A Wolverhampton community group is helping local people discover the fun of cycling after setting up its own cycling hub using a Transport for West Midlands (TfWM) funding grant.
The Park Village Education Centre in Low Hill used its Better Streets Community Fund grant to create secure cycle storage and workshop facility, cycle parking and a safe training area. And it is working with the Whirling Wheels Cycle Training to offer lessons and bike maintenance services to help local people get out and about on two wheels.
Park Village Education Centres' Dr Yusuf Shafi said: “We used the funding to purchase two 20ft containers for cycle storage and repair and set up a secure cycle shelter for Centre users and locals.
“In partnership with Whirling Wheels we were then able to engage 86 young people and 37 adults in a variety of cycling training, cycle repair and safety training sessions. It has been an absolute pleasure and delight to see so many people getting on their bikes and realising the fun of cycling.”
The hub covers an area with a rich and diverse community and high levels of social deprivation and has not only promoted healthy activity but also provided emotional and social support during lockdown.
The £2 million Better Streets Community Fund was set up for groups and organisations to apply for funding for small scale active travel infrastructure such as bike racks, cycle clubs or safe road crossings.
The group was among 34 projects throughout the region to benefit from grants of between £10,000 and £250,000 for projects to improve cycling and walking in their areas.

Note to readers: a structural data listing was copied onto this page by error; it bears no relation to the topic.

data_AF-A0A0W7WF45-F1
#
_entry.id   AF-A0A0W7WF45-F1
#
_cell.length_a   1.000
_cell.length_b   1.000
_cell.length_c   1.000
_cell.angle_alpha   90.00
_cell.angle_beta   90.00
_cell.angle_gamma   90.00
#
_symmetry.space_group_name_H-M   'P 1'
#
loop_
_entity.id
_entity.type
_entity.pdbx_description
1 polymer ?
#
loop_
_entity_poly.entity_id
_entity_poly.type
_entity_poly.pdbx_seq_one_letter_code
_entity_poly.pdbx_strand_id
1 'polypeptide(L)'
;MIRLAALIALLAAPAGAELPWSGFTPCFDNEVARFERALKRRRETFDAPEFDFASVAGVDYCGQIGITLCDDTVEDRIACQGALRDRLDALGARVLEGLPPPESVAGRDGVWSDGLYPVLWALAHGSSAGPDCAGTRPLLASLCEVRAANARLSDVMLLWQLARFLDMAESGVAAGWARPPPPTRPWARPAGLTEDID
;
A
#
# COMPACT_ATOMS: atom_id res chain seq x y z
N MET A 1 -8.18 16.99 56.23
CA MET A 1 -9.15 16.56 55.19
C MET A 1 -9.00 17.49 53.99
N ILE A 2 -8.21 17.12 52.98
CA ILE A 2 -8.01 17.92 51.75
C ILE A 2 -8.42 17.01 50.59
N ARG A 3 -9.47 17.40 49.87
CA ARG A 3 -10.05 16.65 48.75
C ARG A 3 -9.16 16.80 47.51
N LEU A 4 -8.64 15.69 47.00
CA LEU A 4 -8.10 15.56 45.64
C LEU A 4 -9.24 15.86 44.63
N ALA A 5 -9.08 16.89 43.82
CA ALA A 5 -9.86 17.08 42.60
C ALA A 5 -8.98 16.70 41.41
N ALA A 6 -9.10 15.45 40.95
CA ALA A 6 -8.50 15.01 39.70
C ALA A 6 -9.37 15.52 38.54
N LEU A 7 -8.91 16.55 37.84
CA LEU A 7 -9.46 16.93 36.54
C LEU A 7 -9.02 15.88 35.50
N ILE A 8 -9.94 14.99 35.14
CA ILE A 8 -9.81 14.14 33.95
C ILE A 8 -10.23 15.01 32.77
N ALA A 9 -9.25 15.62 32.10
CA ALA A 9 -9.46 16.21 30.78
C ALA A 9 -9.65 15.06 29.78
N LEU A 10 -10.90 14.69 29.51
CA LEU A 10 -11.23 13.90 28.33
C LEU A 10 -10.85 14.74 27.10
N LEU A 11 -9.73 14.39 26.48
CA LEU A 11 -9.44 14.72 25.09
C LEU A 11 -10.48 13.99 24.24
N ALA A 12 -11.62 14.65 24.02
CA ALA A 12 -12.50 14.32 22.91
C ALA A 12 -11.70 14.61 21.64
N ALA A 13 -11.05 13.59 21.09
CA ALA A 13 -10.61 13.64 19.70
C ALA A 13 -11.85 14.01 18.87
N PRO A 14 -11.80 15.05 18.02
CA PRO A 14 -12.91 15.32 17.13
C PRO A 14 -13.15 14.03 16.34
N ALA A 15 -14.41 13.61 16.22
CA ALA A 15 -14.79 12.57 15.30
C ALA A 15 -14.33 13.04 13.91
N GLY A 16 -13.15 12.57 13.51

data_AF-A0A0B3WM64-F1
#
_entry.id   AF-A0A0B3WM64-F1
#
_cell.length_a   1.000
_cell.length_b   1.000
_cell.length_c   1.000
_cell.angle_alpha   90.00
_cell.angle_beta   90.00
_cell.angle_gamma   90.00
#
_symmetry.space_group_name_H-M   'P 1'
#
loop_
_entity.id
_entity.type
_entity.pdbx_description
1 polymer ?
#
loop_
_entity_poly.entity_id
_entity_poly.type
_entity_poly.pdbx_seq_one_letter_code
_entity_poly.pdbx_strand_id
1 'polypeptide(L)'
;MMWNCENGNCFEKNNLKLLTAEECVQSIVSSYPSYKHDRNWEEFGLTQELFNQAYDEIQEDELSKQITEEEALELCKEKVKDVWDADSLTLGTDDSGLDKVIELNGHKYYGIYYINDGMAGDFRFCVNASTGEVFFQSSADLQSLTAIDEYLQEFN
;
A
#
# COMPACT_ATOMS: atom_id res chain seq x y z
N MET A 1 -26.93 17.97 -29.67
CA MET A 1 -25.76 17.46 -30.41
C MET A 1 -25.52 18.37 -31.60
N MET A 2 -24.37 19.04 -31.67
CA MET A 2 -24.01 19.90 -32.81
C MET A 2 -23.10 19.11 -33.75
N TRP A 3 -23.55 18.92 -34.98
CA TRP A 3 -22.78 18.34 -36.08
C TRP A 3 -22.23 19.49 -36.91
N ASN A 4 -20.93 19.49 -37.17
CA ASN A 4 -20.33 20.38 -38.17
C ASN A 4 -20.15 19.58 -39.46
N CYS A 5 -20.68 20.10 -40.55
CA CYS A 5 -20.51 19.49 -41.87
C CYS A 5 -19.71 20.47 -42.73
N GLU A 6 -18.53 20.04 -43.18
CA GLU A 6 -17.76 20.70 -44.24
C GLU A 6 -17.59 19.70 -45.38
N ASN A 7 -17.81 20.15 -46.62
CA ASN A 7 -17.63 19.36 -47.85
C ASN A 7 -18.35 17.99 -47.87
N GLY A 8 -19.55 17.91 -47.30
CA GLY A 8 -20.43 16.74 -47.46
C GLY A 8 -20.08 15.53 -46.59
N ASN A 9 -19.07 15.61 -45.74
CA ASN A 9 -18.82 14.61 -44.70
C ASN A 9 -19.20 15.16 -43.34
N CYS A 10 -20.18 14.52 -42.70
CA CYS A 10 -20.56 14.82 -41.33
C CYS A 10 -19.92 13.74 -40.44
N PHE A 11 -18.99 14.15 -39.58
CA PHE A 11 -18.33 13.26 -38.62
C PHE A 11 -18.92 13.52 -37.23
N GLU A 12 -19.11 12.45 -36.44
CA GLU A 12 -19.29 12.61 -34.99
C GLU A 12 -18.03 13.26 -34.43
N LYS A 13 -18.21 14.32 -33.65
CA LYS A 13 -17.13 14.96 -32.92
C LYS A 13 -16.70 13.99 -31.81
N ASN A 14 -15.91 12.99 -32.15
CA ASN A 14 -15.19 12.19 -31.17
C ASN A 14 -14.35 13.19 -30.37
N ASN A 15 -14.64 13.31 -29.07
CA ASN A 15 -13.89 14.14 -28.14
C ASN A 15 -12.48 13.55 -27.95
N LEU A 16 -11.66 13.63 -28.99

· An inclusive cycling project run by Midland Mencap at Woodgate Valley Country Park in Birmingham to provide adapted bike and wider cycle paths for their use
· New toucan crossings at Stevens Park in Dudley to allow children from Old Park School and Thorns Primary School to safely cross the Thorns Road and better enjoy the park
· Secure cycle parking facility at the YMCA in West Bromwich town centre
· A Wheels for All inclusive cycling centre, including adapted bicycles, at Aldersley Stadium in Wolverhampton
· Creation of a community cycle hub at Walsall Rugby Club, which included balance bikes for young children
Mayor of the West Midlands Andy Street, who launched the Better Streets Community Fund in 2019, said: “These community led projects can make a real difference to people, particularly children, by giving them a lifelong love of cycling.
“Encouraging more people to cycle and walk, especially for those shorter journeys, is a key part of our plans to reduce traffic congestion and improve our environment and health.
“That is why we have put unprecedented investment into active travel, including our region wide Starley Network of safe cycle routes and our new West Midlands Cycle Hire scheme rolling out across the region from next month.”
TfWM, which is part of the West Midlands Combined Authority (WMCA), is currently investing £40 million, including £23 million from the Government’s Transforming Cities Fund and £14 million from the Active Travel Fund, into cycling and walking infrastructure.
Encouraging more people to cycle and walk for shorter journeys can play a part achieving the #WM2041 target of becoming net zero carbon region over the next 20 years.
Cllr Ian Ward, WMCA portfolio holder for transport and leader of Birmingham City Council, said: “These community led projects, such as pedestrian crossings, better cycle paths and bike training can make a real difference to a neighbourhood by giving people the confidence to walk and cycle and make streets safer for children.
“As well as backing these smaller projects we are also investing in larger cycle routes and a region wide cycle hire scheme because getting more people to cycle, either for their commute or leisure is healthy and good for our environment.”